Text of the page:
• Patrick A.R.
      • Schneeweiss S.
      • et al.
      Physician follow-up and provider continuity are associated with long-term medication adherence: a study of the dynamics of statin use.
      • Vinogradova Y.
      • Coupland C.
      • Brindle P.
      • Hippisley-Cox J.
      Discontinuation and restarting in patients on statin treatment: prospective open cohort study using a primary care database.
      • Korhonen M.J.
      • Helin-Salmivaara A.
      • Huupponen R.
      Dynamics of long-term statin therapy.
      • Upmeier E.
      • Korhonen M.J.
      • Rikala M.
      • Helin-Salmivaara A.
      • Huupponen R.
      Older statin initiators in Finland - cardiovascular risk profiles and persistence of use.
      • Malo S.
      • Aguilar-Palacio I.
      • Feja C.
      • et al.
      Persistence with statins in primary prevention of cardiovascular disease: findings from a cohort of Spanish workers.
      • Booth J.
      • Colantonio L.
      • Chen S.
      • et al.
      Statin discontinuation, reinitiation, and persistence patterns among medicare beneficiaries after myocardial infarction.
      • Gibson T.
      • Fendrick A.
      • Gatwood J.
      • Chernew M.
      Gaps in treatment, treatment resumption, and cost sharing.
      • Caspard H.
      • Chan A.K.
      • Walker A.M.
      Compliance with a statin treatment in a usual-care setting: retrospective database analysis over 3 years after treatment initiation in health maintenance organization enrollees with dyslipidemia.
      reaching 78.0% (95% CI, 74.0%-82.0%; I2=99.9%) and 87.8% (95% CI, 85.9%-89.6%; I2=99.4%) at 5 and 10 years, respectively. The pooled estimates were unchanged by leave-one-out sensitivity analyses (plots not shown). Similarly, there was no evidence of publication bias as determined by Egger's regression test, which was insignificant at all follow-up periods (6 months, P=.91; 1 year, P=.44; 2 years, P=.60; 3 years, P=.45; 4 years, P=.83; 5 years, P=.99; and 10 years, P=.81).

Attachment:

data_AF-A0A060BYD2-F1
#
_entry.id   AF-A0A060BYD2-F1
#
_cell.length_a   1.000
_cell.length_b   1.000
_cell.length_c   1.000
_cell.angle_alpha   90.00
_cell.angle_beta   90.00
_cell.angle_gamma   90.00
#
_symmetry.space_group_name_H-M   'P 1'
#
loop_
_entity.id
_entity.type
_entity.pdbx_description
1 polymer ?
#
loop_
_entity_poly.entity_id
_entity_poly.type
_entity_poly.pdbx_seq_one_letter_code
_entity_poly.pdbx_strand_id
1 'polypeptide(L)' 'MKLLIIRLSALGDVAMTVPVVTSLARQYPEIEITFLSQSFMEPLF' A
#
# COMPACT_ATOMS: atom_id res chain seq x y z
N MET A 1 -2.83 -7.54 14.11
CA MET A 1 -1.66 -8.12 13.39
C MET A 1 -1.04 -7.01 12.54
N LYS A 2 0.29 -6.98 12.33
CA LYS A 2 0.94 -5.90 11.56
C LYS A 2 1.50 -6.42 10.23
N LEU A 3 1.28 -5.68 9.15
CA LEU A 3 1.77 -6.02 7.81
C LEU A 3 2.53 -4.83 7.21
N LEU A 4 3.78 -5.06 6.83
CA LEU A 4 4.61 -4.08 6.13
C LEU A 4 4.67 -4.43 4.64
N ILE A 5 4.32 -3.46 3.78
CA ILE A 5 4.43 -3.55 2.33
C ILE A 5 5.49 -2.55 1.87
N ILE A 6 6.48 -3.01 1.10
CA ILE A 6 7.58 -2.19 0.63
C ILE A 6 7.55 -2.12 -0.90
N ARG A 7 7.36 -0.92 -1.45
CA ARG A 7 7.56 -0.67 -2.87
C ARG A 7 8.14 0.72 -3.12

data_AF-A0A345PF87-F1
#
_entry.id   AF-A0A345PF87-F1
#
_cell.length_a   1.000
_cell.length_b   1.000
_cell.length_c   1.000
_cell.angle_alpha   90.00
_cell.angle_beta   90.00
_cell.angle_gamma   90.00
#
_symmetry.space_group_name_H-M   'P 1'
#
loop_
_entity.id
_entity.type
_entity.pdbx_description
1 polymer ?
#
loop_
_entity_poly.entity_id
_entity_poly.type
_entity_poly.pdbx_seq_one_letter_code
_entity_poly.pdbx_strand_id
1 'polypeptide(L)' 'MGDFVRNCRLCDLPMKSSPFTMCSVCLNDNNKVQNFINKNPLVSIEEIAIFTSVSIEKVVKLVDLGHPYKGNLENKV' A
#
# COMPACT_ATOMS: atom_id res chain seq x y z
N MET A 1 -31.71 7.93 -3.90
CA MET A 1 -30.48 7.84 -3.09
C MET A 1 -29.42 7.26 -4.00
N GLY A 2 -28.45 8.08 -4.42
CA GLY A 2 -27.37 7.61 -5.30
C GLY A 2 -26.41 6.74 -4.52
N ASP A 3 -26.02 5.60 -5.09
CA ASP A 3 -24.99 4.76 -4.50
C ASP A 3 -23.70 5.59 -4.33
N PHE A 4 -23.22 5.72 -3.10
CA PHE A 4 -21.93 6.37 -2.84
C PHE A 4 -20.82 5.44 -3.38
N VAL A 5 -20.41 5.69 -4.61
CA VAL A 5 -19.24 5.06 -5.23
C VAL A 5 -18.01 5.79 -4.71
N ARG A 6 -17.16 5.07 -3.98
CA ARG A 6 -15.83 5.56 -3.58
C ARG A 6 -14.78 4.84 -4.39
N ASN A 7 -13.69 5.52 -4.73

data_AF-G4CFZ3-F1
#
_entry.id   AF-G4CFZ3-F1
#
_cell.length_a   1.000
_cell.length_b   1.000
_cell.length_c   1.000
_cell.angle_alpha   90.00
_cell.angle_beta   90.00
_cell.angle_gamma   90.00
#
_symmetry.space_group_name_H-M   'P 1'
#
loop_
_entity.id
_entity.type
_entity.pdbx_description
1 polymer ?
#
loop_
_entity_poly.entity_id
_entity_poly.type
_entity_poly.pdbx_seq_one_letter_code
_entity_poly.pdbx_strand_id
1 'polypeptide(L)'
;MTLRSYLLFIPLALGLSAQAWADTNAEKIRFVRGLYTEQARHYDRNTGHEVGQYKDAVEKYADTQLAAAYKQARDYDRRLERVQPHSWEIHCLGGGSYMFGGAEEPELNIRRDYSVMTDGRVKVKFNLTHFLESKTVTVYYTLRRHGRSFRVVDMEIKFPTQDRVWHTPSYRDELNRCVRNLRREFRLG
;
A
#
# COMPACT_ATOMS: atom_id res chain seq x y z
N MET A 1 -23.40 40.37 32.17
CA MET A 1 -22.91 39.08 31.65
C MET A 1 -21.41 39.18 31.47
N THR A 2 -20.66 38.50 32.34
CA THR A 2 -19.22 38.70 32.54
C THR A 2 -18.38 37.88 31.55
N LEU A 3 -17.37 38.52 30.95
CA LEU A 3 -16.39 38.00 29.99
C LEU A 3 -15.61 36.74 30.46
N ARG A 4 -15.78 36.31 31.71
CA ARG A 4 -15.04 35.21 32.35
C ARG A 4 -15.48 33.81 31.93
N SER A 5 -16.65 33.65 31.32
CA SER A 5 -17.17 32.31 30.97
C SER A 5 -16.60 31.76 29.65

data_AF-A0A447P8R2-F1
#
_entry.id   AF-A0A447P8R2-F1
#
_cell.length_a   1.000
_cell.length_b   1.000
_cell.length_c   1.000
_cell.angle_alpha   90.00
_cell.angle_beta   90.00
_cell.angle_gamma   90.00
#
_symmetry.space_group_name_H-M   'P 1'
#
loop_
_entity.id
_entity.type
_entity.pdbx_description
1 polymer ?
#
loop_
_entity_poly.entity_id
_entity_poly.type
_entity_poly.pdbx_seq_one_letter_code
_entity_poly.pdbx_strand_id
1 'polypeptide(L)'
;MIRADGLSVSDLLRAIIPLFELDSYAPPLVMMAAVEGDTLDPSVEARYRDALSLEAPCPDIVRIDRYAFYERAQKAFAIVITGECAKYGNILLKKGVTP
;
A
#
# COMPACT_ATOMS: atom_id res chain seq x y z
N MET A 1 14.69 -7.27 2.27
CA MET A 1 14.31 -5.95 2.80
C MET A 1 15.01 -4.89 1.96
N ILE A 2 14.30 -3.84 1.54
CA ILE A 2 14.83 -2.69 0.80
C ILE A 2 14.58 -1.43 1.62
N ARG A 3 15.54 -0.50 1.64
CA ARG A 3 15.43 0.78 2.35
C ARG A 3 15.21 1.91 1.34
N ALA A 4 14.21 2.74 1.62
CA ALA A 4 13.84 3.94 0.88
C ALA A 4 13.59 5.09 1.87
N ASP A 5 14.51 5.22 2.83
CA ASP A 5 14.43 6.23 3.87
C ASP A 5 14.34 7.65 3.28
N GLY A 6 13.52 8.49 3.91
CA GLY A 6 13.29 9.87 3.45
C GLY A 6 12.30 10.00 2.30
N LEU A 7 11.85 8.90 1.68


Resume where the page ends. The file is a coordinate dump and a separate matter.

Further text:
Figure thumbnail gr1
      FigurePooled proportions of statin discontinuers likely to restart at various follow-up periods. See (available online at http://www.mayoclinicproceedings.org) for references included in the analysis.
      The limitation of our meta-analysis is that the certainty in the pooled estimates (using the GRADE [Grading of Recommendations, Assessment, Development and Evaluations] approach) is very low due to substantial heterogeneity across the studies.

      Conclusion

      Our results demonstrate that a significant proportion of statin users restart following discontinuation. Although there is no universally accepted criteria for establishing statin discontinuation, the proportions restarting following a period of treatment cessation is encouraging. Nonetheless, interventions are needed to address the factors that promote discontinuation in order to avert cycles of treatment interruptions even among reinitiators. This focus is essential if the intended cardiovascular benefits of statin treatment are to be realized.

      Supplemental Online Material

      Supplemental material can be found online at: http://www.mayoclinicproceedings.org. Supplemental material attached to journal articles has not been edited, and the authors take responsibility for the accuracy of all data.

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      Linked Article

      • Correction
        Mayo Clinic ProceedingsVol. 93Issue 7
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          In the Letter to the Editor entitled, “Reinitiation of Statin Therapy After Discontinuation: A Meta-analysis” published in the May 2018 issue of Mayo Clinic Proceedings (Mayo Clin Proc. 2018;93(5):666-668), the publication dates for 2 of the studies listed in the Figure are incorrect. The year for Vinogradova et al7 should state 2016.